The figure that I've seen go for the highest prices consistently is one that really doesn't have a name. It was only available, by mail order, for one year in 1993, near the end of the original run of G.I. Joe. It was the "Create a Cobra" figure. (image via) This figure was the Cobra answer to the Steel Brigade figure. You filled out a small form where you gave your character a name, a primary specialty, a secondary specialty, and a few other bits of info about their personality. After a few weeks you got the figure along with a sheet of paper that was a bio with all the info you had filled out for an official dossier. Since the figure was a mail-in available for only a short time, its not a figure that readily comes available on the second hand market like eBay. And boy howdy does its price reflect that. I also think this is the most stupid-looking figure I have ever seen. It's a Crimson Guard Immortal head put onto a TARGAT body, slathered in bubblegum pink, baby blue, and black. This figure seriously looks like it would be a cake topper for a baby shower in 1984. And he is supposed to be THE BAD GUY. In looking at this monstrosity, I literally said to myself that if I tracked down the parts for this, I could make my own figure for a fraction of the price and it would look better than the real thing. So I did. I tracked down a cheap TARGAT figure. I picked the better looking 1989 version. There was a repaint done in 1992, but its color scheme wouldn't look any better for this project than the pink and blue mess that inspired me to write this. For the head I went with the original 1991 Crimson Guard Immortal figure since the later Blue and Silver version is both harder to find and doesn't really match with the body. So let's get this started! First, here is what you'll need. The figure, the head, a small Phillips head screwdriver (Usually found in small screwdriver sets), and a new rubber O-ring. The TARGAT figure itself is not in premium condition, the O-ring is old and stretched out, the knee joints are loose, and the paint on the helmet is worn. Honestly though, it won't matter. If I wanted to I could have bought replacement legs with tighter joints, but I'm fine with it as-is since the TARGAT head doesn't matter and we are replacing the O-ring anyway. First we take the screw driver to the "backscrew," or the small screw that holds the front and back of the chest together. The screw here is rusty, but still in good enough shape not to require a drill to remove.   Once the screw is out, pull apart the chest and break down your figure to its parts. Yup, that's what a Joe figure looks like when it's taken apart. Pull out the old O-ring from its hook and toss it. Take your new O-ring and place it in the small metal hook holding the legs together. Slide the O-ring with the legs attached through the bottom of the waist piece. You probably need to use the screw driver to help feed it through and get it together (This can be a real moment of cussing rage sometimes).   Next, hook the O-ring around the cylinder on the back piece of the figure and pull back a little so that it holds together by itself. Since I am using an O-ring that is slightly smaller than the factory ones, the figure at this point will fly apart easier if not set right. Now comes the "fun" part! Take the chest piece and connect it too the back piece, but not all the way in. Ya need to leave space to get in the arms and head. Remember what I said about the figure wanting to fly apart? This is the point where that can really show itself. Wedge your way into the arm holes with each arm. It takes a little hand dexterity and a few silent prayers to get both arms set without having the whole thing come apart. Once both arms are in place, you can push the chest and back piece together a little more to keep things in place, but again, not completely closed. AND I'LL FORM THE HE- oh wait, wrong 80's show. The heads of G.I. Joe figures from the '80s an '90s are always tricky since some head pieces do not fit with certain body pieces. In this case, since the "Create a Cobra" figure used recycled molds, it's not a problem. The head fits and doesn't wobble around on the body. Now we are ready to finish this bad boy out. Close the front and back chest pieces together and place the screw back in its place. Use the screw driver to make sure the backscrew is actually in the hole that connects the pieces together. Tighten it up (Righty tighty). And we are done! Now, the red paint on his helmet isn't a perfect match to the ones on his gloves and boots, and if you want to get hardcore customizer on it, you can certainly get some paint from the hobby store and go wild. Me, I take 'em as is. Give your new agent of evil a weapon and there ya go! BUT WAIT! Part of the deal with the Create a Cobra figure was having his own bio with name, specialties, and all that cool stuff. But, once again, I found something that is cooler than the goofy sheet of paper that came with the old figures. I just went to Filecard Creator. It's quick, easy, and makes more official looking file cards you can download than that grey piece of paper Hasbro would slap together and send you.  The best part of this is, your Create a Cobra doesn't actually have to be a Cobra! Evil sunovagun isn't he? And the cost for this simple little project? $14.23, and you can probably do even better with that since I paid a little more for the headpiece than what individual parts tend to go for in most cases. Sure beats paying 400 bucks for something that looks like it should have been packed with a set of baseball cards.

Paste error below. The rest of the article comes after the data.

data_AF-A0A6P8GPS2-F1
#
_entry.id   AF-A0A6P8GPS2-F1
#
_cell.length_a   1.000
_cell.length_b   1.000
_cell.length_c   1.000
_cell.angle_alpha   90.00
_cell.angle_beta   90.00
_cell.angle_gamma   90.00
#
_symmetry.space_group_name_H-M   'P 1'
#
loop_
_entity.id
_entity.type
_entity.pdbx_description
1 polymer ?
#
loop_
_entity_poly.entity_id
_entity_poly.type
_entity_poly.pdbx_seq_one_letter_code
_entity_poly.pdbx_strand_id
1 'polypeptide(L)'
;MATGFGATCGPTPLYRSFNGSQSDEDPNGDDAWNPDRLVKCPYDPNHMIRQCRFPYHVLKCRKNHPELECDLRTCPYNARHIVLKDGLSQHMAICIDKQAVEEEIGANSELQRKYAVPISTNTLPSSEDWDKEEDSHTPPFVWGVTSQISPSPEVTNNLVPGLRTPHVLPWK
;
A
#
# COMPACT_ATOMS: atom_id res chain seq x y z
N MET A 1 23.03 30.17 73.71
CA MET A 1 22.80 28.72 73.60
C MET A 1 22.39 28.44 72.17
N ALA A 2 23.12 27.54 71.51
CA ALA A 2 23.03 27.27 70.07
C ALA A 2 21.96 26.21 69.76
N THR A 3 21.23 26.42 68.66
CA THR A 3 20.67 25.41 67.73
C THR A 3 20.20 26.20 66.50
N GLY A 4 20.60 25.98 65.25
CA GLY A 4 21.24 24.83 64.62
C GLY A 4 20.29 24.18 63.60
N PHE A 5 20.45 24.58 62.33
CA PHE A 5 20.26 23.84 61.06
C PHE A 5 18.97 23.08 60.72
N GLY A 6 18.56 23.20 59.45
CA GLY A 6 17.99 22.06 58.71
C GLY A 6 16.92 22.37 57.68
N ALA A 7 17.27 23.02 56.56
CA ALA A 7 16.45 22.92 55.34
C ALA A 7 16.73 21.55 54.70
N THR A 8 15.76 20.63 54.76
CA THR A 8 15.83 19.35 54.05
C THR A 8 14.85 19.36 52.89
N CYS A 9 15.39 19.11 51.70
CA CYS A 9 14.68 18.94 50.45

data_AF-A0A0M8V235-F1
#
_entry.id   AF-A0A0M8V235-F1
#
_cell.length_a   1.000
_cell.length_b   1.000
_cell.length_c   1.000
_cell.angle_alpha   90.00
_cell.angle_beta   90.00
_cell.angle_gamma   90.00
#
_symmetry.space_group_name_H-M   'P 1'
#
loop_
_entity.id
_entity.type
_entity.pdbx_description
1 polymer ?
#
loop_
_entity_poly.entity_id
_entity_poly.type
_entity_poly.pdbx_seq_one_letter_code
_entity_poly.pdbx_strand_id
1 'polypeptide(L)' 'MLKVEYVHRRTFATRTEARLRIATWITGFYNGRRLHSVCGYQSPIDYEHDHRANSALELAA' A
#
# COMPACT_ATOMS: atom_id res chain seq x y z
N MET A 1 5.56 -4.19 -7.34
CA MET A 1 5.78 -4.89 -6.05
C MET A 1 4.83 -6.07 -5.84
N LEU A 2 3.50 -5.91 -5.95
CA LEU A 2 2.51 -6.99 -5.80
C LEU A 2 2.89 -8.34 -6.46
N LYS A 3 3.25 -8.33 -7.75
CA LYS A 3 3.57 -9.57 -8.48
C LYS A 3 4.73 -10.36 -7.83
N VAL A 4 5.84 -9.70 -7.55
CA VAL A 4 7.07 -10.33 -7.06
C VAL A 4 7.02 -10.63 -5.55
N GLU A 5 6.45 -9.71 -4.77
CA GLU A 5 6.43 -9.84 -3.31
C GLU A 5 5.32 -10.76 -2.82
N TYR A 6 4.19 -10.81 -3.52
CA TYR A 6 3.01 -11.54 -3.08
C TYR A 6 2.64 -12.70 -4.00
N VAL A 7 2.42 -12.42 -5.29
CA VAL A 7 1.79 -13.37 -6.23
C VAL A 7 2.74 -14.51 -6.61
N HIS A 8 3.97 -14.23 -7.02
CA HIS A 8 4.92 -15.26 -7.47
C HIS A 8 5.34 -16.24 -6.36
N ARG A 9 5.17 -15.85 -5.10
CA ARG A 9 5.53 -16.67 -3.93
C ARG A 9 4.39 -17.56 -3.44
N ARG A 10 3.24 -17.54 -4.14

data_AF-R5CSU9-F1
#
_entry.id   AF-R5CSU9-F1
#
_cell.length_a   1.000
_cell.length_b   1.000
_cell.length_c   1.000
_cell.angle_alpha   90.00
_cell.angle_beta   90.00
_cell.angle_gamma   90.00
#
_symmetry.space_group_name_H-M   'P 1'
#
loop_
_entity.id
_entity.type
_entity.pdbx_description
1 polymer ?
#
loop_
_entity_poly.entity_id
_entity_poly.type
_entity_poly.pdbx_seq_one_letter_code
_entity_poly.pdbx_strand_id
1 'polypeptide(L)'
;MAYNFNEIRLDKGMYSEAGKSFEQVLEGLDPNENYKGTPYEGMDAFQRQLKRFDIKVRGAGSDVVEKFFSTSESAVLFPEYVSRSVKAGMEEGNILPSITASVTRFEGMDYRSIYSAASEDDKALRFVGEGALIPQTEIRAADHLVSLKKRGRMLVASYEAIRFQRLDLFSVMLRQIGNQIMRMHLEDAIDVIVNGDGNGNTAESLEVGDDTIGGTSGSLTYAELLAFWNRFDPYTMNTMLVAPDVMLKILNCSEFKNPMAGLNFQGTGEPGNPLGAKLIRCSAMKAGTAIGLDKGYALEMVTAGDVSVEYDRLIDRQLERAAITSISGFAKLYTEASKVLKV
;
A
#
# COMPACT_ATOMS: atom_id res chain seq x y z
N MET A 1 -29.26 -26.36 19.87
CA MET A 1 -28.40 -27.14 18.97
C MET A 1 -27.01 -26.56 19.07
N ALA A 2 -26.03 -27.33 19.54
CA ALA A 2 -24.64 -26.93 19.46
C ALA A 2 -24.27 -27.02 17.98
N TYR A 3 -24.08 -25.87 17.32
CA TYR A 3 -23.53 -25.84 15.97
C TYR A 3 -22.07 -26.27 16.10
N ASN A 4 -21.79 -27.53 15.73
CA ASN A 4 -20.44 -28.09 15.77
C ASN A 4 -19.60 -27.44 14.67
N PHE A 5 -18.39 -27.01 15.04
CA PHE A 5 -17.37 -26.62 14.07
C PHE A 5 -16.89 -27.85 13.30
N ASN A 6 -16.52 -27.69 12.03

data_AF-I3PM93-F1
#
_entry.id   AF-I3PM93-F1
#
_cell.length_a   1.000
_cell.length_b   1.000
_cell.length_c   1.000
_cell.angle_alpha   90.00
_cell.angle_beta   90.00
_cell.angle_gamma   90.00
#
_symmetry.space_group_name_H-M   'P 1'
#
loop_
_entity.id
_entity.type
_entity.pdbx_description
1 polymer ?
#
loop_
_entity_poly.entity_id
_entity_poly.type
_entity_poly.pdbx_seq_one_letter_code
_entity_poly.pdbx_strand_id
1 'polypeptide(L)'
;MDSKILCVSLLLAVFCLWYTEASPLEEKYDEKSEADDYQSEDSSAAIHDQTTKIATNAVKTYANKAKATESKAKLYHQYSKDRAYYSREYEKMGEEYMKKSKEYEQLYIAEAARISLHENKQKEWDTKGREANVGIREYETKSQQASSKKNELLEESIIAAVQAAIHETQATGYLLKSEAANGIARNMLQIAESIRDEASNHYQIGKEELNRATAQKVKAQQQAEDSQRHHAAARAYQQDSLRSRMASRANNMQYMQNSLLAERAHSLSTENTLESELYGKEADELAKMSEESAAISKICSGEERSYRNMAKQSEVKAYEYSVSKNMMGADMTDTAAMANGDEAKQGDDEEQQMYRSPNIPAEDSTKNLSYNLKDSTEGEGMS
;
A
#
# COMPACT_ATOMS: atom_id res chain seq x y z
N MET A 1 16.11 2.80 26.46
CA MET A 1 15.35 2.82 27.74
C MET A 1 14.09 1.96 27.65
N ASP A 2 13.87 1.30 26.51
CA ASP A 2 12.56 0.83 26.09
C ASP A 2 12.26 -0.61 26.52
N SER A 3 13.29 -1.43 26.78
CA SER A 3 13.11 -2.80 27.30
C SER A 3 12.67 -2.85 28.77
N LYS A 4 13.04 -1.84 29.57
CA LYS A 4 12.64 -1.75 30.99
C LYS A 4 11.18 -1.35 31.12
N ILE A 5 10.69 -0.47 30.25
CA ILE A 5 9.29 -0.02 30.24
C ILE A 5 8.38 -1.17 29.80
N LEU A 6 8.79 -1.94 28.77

G.I.Joe photo